Saturday, May 9, 2015

Lady Sonnets

“What,” cried Lady in complete disgust, “I can’t believe you don’t understand my sonnet! I mean, you can read Shakespeare and Donne, but you can’t get my sonnet? I don’t get that!”

I didn’t get it either, nor did César, when I spoke with him three or four hours later.

“What does ‘condone’ mean to you,” César asked.

“It means not to punish or take action, or something like that,” I said.

“Right, but when Lady used it in her poem, she thought it meant to deny or reject, so it gave one line a completely different meaning. So we talked about that, and when I left Lady was lying in bed, driving Google nuts with searches for possible alternative meanings of ‘condone.’”

“I think she meant ‘condemn,’” I told him. “Anyway, it would work, if she did, since it wouldn’t screw up her rhyme scheme.”

Lady had her surgery three weeks ago, and her world is now reduced to the twenty feet between bed and bathroom. Except that she is also roaming through Stanford University, thanks to an online poetry course.

“So why Stanford,” I asked.

“Because it’s Stanford,” she replied, as if everyone knew that Stanford was the ground zero for poetry education.

“I have two other students who are critiquing me, and they always rip me apart. Snobs! But the professor gave me an A, for the sonnet you don’t understand!”

“I read it when my brain was tired, after a hard class,” I told her. So we resolved, we would tackle the sonnet after she got done speaking to Yesi, an ex-employee, whom nobody had much liked working with. All right, tell the truth: Jorge, the manager, had given an ultimatum—it was him or her.

“I don’t want to be alone with her, so don’t leave me, Marc,” said Lady. I was good with that, since I figured that Lady wanted to use my being there as an excuse not to have what would likely be a hard conversation. So what happened?

…the hard conversation.

So there I was, at the foot of Lady’s bed, busy writing yesterday’s post, and listening to Cristóbal de Morales, and it worked too! Except for the silence between movements, during which I learned…

“….you broke my heart!”

“…it’s just that I can’t trust anyone…”

“…you can’t allow your insecurities to run your life…”

So I can tell you that the hard conversation lasted through the de Morales, and most of the way through the Orlando di Lasso that YouTube, quite logically, decided to follow up with. Then it was time for the sonnet. Lady, like Montalvo, is of the opinion that all you have to do is read the poem aloud, and the meaning will be automatically clear. So she reads the sonnet:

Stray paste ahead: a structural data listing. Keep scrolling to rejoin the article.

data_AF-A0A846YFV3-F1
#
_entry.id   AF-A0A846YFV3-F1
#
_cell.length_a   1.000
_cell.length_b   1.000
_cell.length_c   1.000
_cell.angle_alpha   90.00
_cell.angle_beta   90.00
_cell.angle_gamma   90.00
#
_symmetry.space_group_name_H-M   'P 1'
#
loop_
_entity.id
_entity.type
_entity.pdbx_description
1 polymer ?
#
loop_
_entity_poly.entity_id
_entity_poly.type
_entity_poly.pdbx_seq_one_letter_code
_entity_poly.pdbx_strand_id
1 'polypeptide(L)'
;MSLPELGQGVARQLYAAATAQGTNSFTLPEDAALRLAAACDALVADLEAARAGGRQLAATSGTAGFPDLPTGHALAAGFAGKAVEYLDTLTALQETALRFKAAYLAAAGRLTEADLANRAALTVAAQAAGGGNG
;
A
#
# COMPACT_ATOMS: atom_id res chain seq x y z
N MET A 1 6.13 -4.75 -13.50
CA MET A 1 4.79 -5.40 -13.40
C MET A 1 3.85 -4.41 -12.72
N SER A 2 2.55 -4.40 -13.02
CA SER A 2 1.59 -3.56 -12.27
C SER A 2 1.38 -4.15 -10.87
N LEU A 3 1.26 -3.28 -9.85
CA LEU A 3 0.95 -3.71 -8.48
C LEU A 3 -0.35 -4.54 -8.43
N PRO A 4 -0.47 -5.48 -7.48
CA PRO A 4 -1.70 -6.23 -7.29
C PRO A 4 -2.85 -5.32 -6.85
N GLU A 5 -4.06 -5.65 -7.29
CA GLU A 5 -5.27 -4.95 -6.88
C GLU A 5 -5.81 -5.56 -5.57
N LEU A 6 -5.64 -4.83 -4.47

Can I have your lips pressed against my own?
Boast to the balance of wine’s crystal orb,
From which no love’s tacit tongue could condone,

And drink at will the cause of its reward?

Tipsy shy your humble vanity’s force—

That leads me to dilute my manner’s hold, 

Pray, single soul, if not, one seeks divorce,

That you, as I, can own our own threshold!

The vintage cup at harvest time’s enough. 

May all my weathered seasons be the Fall!

But for two, love, decisions of the crush

Can only be hand picked, if not at all!

Consuming God is our free will bestowed

So your mouth from thus, I devote my ode.

Now do you get it?” she wanted to know.

“I don’t do poetry very well,” I told her. “There’s a lot of stuff I don’t get.”

So she explains it, and I get it, sort of, though it’s still sort of not there. But that’s OK, since Montalvo has also sent me a poem, via a text on my cell phone. So we read that, somewhat guiltily, since Montalvo had sent it just to me.

“I like the image,” I said, and Lady agreed, though we both felt it should be ‘I am a flower growing in a cave,’ instead of ‘I feel like…’

“Hey, ‘I am a flower growing in a cave,’ is perfect iambic pentameter,” I told her.

Don’t worry, iambic pentameter is just five “ta DUMS.”

“I may write a sonnet with that as the opening line, just to see if I can. After all, I made Montalvo do it, so I should probably do it as well.”

Lady responded by smacking her lips shark-ily and rubbing her hands together.

“After all, if Montalvo can do it, I should be able to do it, right?”

Strata of epidermis are flying everywhere!

“And it can’t be that hard, though I had forgotten about the damn twist in the third quatrain….”

Lady has become the alph- hyena zeroing in on the kill.

“OK—so I’ll do it!”

Time for a kiss, and I’m off, asking over my shoulder, “Hey, you need anything?”

“THAT SONNET” she flared back.

Here it is, Lady!

 Flower in a Cave Wall
(Dedicated to Pablo, current-Christian, ex-gay)

So vile the flower growing in a cave,
Its thorny roots refusing rain from God,
Content to rove in beds of filth and crave
The dark, the dank, the peace of steps ne’er trod.
The flower all rank shades of wounds adorn,
Puss-Purple, orange, bile in green and more.
Of him from Blessed Mary then was born
From you, my love, my bleeding heart they tore.
He died upon the rough-hewn cross, they say,
I died the day you crucified our love
And turned to find another game to play.
Dear Jesus, keep my soul in heav’n above!
He died, was wept, and lifted to the sky.
I turn to him in love and yet I die!